In 2012, Obsidian Entertainment almost fell apart. The independent game studio had just suffered a major blow—the cancellation of a big-budget role-playing game they were developing with Microsoft—and they were struggling to make ends meet in the midst of an uncertain, transitional gaming industry. »
Here’s a trailer for the first Pillars of Eternity expansion: The White March, Part 1. Presumably there’s a part 2 coming one day, too. I’ve got an appointment to see this thing on Thursday, so stay tuned for impressions in the next week or two. »
I once heard a game designer say that anyone older than a teenager who plays video games isn’t actually enjoying them. Instead, the designer theorized, we’re all just endlessly trying to recreate the enjoyment we used to feel, years ago, back when we were young and the world was full of possibility.
Thanks to a combination of glitches, sequence breaking, and some seriously skilled clicking, speedrunner Jiseed has turned Obsidian’s epic new RPG into a 40-minute cakewalk. »
Letting fans add their own little stories to a game is really cool, but there’s always a chance it might go... awry.
Did you double-click on a piece of equipment in Pillars of Eternity and inexplicably erase your character’s stat bonuses? Good news: there’s a fix coming soon.
Back in September of 2012, when I first heard that Obsidian was launching a Kickstarter for a spiritual successor to Baldur's Gate, I got a little… uh... too excited. »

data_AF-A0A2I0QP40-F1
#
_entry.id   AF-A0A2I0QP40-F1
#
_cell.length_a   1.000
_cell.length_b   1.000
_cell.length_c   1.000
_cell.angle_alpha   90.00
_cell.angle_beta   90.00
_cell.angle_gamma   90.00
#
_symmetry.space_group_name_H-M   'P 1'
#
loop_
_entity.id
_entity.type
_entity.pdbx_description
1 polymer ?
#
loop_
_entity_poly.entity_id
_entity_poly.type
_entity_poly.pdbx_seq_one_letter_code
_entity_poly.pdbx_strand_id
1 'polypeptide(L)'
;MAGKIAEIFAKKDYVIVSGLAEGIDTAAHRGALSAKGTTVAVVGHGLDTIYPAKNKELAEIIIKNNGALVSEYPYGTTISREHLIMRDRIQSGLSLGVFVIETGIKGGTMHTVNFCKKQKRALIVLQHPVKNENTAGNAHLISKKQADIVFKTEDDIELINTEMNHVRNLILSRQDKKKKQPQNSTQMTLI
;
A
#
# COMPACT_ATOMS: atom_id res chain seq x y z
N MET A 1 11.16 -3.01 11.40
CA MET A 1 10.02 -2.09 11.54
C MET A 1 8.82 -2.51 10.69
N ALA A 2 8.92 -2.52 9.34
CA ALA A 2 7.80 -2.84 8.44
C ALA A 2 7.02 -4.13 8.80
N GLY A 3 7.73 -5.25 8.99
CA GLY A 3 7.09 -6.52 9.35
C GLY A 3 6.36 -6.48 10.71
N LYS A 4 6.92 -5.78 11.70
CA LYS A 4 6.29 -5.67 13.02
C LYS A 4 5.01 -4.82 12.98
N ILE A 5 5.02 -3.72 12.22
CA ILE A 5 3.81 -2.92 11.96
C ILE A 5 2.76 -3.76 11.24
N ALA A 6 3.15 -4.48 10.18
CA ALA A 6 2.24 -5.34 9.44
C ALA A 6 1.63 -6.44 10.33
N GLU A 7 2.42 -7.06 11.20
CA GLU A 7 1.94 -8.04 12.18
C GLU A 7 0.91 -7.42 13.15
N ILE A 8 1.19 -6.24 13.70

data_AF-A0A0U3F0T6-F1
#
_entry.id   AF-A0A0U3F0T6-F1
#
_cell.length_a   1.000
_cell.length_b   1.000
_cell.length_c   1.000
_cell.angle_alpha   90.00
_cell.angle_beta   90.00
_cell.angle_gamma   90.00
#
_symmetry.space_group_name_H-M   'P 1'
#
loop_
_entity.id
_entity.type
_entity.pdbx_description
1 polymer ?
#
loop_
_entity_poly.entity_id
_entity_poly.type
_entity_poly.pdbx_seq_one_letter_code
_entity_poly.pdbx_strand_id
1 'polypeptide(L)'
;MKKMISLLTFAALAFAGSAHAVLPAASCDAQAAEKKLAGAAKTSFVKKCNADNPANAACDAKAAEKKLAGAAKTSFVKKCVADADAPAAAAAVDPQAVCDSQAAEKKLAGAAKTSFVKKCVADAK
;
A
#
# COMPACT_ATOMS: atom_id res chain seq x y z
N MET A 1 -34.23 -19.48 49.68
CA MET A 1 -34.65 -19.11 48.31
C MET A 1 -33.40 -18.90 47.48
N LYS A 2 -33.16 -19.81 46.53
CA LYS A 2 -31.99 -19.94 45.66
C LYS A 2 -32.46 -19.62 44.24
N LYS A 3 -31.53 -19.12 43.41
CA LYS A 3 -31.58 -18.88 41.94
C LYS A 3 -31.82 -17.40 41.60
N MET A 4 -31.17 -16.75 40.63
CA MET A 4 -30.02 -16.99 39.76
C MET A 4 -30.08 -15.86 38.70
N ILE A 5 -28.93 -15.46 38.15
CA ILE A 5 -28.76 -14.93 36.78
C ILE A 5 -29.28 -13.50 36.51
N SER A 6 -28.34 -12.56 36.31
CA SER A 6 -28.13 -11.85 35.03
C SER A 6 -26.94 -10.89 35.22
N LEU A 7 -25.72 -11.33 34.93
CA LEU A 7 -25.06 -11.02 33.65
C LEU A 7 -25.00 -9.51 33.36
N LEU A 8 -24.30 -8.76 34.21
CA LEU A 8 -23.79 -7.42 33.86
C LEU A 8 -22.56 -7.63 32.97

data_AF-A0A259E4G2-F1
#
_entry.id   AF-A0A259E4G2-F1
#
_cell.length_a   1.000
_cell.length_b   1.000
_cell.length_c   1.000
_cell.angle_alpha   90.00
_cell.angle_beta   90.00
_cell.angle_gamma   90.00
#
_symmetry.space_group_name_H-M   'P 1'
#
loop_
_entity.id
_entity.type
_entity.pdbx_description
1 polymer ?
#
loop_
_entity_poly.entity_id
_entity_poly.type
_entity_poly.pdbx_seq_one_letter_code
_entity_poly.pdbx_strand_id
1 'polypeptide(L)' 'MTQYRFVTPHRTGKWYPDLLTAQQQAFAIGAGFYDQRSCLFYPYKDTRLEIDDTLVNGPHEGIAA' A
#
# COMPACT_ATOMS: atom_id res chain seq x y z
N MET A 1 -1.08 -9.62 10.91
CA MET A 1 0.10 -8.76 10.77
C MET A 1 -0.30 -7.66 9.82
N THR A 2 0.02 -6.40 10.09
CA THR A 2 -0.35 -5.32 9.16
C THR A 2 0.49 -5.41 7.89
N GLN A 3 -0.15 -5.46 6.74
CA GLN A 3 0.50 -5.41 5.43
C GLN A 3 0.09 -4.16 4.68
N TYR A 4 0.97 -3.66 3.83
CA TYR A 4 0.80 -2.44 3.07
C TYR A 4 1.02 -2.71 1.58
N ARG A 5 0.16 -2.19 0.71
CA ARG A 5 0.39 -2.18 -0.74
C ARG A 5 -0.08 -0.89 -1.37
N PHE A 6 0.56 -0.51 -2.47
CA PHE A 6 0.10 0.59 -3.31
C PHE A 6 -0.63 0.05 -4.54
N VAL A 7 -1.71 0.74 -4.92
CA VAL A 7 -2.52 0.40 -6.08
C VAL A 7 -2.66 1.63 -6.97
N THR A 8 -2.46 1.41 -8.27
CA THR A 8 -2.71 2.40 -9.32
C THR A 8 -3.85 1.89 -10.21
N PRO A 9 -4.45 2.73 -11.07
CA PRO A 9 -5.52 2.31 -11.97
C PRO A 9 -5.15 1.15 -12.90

Anyone who enjoyed isometric PC role-playing games like Baldur's Gate will undoubtedly love Pillars of Eternity, which has taken over my life for the past few days. It's really, really excellent. »
In September of 2012, I got an e-mail from veteran writer and game designer Chris Avellone. He told me that he and a group of other designers at Obsidian were planning to launch a Kickstarter, and that they were looking to make an RPG in the style of old Infinity Engine games like Baldur's Gate and Planescape: Torment… »
Last night at GDC in San Francisco, Obsidian Entertainment announced a new game. You might expect the company behind RPGs like Fallout: New Vegas and South Park: The Stick of Truth to have another massive adventure up their sleeve, but nope! It's a free-to-play tank game. »
There was a point in South Park: The Stick of Truth—somewhere between performing an abortion and farting on Nazi zombies—when it occurred to me that Obsidian's new RPG isn't just ridiculous—it's also kind of brilliant. »
South Park: The Stick of Truth is full of hilarious surprises, but there's one that really stood out to me: Canada, the most delightful section in the game. »